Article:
1787 ENGLISH POETRY 1579-1830: SPENSER AND THE TRADITION

Robert Burns

Helen Maria Wiliams to Robert Burns, 20 June 1787; Edinburgh Magazine NS 1 (September 1817) 109.



Your friend Dr. Moore, having a complaint in his eyes, has desired me to become his secretary, and thank you, in his name, for your very humorous poem, entitled, Auld Willie's Prayer, which he had from Mr. Creech.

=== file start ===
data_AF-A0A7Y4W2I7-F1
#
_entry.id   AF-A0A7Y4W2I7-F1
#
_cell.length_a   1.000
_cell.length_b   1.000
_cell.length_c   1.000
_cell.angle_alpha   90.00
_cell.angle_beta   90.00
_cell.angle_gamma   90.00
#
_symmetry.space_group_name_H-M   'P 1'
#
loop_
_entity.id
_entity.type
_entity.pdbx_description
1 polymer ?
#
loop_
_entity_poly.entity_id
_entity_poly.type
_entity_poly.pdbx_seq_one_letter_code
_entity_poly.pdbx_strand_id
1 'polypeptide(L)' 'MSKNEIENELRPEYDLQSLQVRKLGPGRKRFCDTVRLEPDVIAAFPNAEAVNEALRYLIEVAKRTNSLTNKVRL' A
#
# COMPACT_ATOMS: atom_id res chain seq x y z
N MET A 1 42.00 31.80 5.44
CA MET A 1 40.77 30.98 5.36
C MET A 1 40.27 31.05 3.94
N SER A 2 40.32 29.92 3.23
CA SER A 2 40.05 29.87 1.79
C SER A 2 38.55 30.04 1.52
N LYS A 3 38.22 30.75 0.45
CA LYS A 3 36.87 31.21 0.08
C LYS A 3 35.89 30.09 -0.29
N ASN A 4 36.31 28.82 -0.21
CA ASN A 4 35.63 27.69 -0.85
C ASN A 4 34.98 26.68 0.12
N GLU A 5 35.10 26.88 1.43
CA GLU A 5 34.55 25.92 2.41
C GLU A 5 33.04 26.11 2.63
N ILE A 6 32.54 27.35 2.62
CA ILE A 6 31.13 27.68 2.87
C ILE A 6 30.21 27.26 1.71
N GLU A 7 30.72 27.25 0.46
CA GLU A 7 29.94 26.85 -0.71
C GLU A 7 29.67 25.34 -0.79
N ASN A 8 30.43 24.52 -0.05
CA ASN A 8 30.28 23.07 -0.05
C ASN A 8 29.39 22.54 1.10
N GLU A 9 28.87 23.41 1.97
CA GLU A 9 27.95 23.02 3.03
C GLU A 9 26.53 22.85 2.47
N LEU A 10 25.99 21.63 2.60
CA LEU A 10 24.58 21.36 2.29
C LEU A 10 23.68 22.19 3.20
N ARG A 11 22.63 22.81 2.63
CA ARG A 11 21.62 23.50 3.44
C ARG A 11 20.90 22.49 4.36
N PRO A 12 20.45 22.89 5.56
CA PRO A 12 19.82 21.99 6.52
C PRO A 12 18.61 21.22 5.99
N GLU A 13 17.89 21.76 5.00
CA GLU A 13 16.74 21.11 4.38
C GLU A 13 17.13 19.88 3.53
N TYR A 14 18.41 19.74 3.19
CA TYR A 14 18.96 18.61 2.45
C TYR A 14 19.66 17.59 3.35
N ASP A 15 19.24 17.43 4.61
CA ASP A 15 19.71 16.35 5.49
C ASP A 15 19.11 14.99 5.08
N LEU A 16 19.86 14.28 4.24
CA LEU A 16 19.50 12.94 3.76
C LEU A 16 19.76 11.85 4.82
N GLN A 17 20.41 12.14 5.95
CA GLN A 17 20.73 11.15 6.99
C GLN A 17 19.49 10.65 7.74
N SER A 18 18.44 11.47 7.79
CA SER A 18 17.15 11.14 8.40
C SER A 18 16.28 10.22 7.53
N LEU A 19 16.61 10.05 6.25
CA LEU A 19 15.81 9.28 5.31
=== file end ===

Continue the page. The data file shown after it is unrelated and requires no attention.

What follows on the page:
I am happy in this opportunity of expressing my obligations to you for the pleasure your poems have given me. I am sensible enough that my suffrage in their favour is of little value, yet it is natural for me to tell you, that, as far as I am capable of feeling poetical excellence, I have felt the power of your genius. I believe no one has read oftener than myself your Vision, your Cotter's Evening, the Address to the Mouse, and many of your other poems. My mother's family is Scotch, and the dialect has been familiar to me from my infancy; I was, therefore, qualified to taste the charm of your native poetry, and, as I feel the strongest attachment for Scotland, I share the triumph of your country in producing your laurels.